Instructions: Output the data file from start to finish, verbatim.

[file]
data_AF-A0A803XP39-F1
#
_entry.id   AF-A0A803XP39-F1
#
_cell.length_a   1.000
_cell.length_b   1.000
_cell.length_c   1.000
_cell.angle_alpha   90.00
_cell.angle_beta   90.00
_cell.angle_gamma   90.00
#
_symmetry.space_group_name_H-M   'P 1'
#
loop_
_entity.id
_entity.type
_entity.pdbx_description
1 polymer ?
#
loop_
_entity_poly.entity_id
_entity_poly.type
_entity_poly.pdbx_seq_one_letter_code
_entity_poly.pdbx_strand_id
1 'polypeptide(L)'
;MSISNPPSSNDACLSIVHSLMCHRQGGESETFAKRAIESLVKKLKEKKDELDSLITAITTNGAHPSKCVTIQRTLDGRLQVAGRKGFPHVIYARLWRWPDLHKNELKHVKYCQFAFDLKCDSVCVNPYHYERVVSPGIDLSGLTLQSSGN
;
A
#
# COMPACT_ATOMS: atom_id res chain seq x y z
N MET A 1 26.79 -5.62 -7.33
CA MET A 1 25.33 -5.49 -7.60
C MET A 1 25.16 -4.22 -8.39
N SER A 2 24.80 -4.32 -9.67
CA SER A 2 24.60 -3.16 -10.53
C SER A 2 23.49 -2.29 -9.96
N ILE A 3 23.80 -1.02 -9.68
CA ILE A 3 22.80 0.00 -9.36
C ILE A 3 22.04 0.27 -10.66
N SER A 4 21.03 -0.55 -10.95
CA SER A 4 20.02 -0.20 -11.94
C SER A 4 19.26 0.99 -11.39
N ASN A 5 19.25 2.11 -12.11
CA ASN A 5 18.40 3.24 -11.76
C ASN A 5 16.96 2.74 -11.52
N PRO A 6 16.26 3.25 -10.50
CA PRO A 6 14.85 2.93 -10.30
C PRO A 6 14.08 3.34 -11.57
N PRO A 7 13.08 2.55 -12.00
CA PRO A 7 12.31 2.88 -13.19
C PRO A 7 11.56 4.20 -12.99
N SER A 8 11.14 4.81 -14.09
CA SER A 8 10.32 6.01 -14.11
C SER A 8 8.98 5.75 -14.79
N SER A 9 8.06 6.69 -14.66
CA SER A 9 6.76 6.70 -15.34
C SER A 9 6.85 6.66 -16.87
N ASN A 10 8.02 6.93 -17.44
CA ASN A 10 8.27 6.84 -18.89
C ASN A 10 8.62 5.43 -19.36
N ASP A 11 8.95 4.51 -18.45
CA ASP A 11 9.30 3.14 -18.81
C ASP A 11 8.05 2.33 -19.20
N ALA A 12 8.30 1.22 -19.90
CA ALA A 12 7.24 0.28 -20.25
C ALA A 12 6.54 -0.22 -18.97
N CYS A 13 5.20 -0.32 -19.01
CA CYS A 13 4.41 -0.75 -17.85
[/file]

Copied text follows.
data_AF-A0A803XP39-F1
#
_entry.id   AF-A0A803XP39-F1
#
_cell.length_a   1.000
_cell.length_b   1.000
_cell.length_c   1.000
_cell.angle_alpha   90.00
_cell.angle_beta   90.00
_cell.angle_gamma   90.00
#
_symmetry.space_group_name_H-M   'P 1'
#
loop_
_entity.id
_entity.type
_entity.pdbx_description
1 polymer ?
#
loop_
_entity_poly.entity_id
_entity_poly.type
_entity_poly.pdbx_seq_one_letter_code
_entity_poly.pdbx_strand_id
1 'polypeptide(L)'
;MSISNPPSSNDACLSIVHSLMCHRQGGESETFAKRAIESLVKKLKEKKDELDSLITAITTNGAHPSKCVTIQRTLDGRLQVAGRKGFPHVIYARLWRWPDLHKNELKHVKYCQFAFDLKCDSVCVNPYHYERVVSPGIDLSGLTLQSSGN
;
A
#
# COMPACT_ATOMS: atom_id res chain seq x y z
N MET A 1 26.79 -5.62 -7.33
CA MET A 1 25.33 -5.49 -7.60
C MET A 1 25.16 -4.22 -8.39
N SER A 2 24.80 -4.32 -9.67
CA SER A 2 24.60 -3.16 -10.53
C SER A 2 23.49 -2.29 -9.96
N ILE A 3 23.80 -1.02 -9.68
CA ILE A 3 22.80 0.00 -9.36
C ILE A 3 22.04 0.27 -10.66
N SER A 4 21.03 -0.55 -10.95
CA SER A 4 20.02 -0.20 -11.94
C SER A 4 19.26 0.99 -11.39
N ASN A 5 19.25 2.11 -12.11
CA ASN A 5 18.40 3.24 -11.76
C ASN A 5 16.96 2.74 -11.52
N PRO A 6 16.26 3.25 -10.50
CA PRO A 6 14.85 2.93 -10.30
C PRO A 6 14.08 3.34 -11.57
N PRO A 7 13.08 2.55 -12.00
CA PRO A 7 12.31 2.88 -13.19
C PRO A 7 11.56 4.20 -12.99
N SER A 8 11.14 4.81 -14.09
CA SER A 8 10.32 6.01 -14.11
C SER A 8 8.98 5.75 -14.79
N SER A 9 8.06 6.69 -14.66
CA SER A 9 6.76 6.70 -15.34
C SER A 9 6.85 6.66 -16.87
N ASN A 10 8.02 6.93 -17.44
CA ASN A 10 8.27 6.84 -18.89
C ASN A 10 8.62 5.43 -19.36
N ASP A 11 8.95 4.51 -18.45
CA ASP A 11 9.30 3.14 -18.81
C ASP A 11 8.05 2.33 -19.20
N ALA A 12 8.30 1.22 -19.90
CA ALA A 12 7.24 0.28 -20.25
C ALA A 12 6.54 -0.22 -18.97
N CYS A 13 5.20 -0.32 -19.01
CA CYS A 13 4.41 -0.75 -17.85